Overall, the Phillies worst defensive position has come at third base, where the team currently ranks near the bottom, out of all 30 teams. In the Defensive Runs Saved category, the Phillies have a (-15) value at that position, good enough for the second lowest in baseball, and an overall Defensive value of (-4.4), putting them in a virtual tie with the Baltimore Orioles. Surprisingly, the Yankees have the overall lowest value (-11.2) in that category at third base. However, because of values such as these, that likely explains why the Phillies kicked the tires on Mike Moustakas and Adrian Beltre around the trade deadline and continue to monitor the market for potential upgrades prior to Friday's Waiver Trade Deadline.
In addition, the Phillies outfield has also been terrible from a defensive standpoint. As of today, Phillies outfielders have combined for a Defensive Runs Saved value of (-42) and the worst Ultimate Zone Rating (-26.9) in all of baseball. Compare that to the fact that the Boston Red Sox, Milwaukee Brewers, and New York Yankees are the top three teams in the UZR category and you can see why that could certainly pose a problem down the stretch and once October rolls around. Furthermore, outfield defense is significant every single game because when you have a sound proof outfield, you can prevent a lot more runs and it benefits the pitching staff over the long haul.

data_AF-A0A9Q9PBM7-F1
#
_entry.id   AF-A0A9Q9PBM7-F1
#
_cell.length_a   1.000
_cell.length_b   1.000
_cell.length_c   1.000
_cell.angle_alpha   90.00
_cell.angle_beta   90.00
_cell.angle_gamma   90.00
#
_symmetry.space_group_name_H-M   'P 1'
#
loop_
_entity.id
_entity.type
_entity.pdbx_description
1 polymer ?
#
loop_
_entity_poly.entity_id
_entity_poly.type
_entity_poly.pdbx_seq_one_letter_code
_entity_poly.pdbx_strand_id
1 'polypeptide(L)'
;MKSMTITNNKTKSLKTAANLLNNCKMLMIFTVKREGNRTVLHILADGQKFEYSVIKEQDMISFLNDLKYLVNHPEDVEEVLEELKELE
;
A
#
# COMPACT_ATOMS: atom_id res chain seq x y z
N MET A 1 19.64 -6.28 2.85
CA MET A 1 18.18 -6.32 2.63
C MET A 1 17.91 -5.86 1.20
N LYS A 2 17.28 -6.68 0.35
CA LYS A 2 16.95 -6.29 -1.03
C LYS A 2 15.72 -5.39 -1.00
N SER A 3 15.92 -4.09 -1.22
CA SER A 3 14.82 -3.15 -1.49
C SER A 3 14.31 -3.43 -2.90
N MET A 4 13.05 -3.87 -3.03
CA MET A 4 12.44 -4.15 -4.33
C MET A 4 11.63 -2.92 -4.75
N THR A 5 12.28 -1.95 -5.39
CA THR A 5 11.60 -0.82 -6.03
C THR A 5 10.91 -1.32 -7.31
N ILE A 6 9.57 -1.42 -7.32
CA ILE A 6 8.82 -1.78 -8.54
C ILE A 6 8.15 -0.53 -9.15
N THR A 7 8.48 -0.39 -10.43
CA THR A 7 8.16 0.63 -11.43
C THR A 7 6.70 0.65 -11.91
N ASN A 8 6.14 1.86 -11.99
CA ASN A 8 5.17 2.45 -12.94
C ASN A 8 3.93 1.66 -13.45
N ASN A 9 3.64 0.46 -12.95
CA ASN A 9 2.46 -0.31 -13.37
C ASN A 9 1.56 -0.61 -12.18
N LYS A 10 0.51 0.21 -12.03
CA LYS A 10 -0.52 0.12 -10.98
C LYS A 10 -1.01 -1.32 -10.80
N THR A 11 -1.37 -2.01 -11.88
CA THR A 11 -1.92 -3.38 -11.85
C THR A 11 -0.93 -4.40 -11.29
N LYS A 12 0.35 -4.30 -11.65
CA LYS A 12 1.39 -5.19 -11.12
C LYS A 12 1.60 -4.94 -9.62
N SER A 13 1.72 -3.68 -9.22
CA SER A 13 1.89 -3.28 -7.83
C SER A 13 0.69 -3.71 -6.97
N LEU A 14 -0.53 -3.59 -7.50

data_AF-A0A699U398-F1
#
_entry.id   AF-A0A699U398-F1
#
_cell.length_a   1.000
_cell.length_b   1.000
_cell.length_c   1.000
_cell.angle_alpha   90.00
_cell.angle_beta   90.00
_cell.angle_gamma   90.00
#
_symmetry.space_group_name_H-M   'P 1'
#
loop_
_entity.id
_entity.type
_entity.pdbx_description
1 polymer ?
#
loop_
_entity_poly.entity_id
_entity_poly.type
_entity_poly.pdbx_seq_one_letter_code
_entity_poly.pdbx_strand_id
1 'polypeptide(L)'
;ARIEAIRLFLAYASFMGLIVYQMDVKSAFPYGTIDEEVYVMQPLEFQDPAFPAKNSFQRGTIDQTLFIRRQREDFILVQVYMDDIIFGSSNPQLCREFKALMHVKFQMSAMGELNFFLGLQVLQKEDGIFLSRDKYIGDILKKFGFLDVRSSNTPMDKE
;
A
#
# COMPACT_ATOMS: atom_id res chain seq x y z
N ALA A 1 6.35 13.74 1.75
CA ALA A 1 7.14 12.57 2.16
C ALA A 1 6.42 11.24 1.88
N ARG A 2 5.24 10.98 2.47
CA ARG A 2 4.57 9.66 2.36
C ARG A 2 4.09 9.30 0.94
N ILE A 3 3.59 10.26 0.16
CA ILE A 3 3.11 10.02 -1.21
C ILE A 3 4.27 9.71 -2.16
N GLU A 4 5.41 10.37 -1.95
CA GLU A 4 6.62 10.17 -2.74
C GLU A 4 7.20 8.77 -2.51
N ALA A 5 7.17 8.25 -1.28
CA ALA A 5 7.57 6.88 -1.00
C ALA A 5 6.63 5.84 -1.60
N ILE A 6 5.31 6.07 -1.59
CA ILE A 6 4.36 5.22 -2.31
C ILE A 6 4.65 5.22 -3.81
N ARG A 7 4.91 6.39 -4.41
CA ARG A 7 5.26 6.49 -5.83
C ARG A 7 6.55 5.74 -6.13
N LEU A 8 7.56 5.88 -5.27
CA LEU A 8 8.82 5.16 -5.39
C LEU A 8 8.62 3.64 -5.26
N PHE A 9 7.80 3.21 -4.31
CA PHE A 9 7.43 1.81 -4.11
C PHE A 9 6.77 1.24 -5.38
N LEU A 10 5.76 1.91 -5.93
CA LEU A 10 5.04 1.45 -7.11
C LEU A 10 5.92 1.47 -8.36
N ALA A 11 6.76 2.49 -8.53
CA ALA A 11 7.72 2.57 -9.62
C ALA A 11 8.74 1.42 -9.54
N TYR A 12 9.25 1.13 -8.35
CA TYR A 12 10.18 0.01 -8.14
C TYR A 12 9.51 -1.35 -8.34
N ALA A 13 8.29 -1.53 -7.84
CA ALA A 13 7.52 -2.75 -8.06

Although this season has certainly had it's fair share of excitement and plenty of moments for Phillies fans to cherish after a few years of being in rebuild mode, the overall performance of the Phillies bullpen and the defense for Philadelphia, are two warts that need to be monitored here down the stretch and observed come October, if the team ultimately clinches a postseason berth. Regardless of if one or both of these warts continues to plague the team, Philadelphia already has two needs, on their wish list, that must be addressed this coming offseason, to make the team even better next year.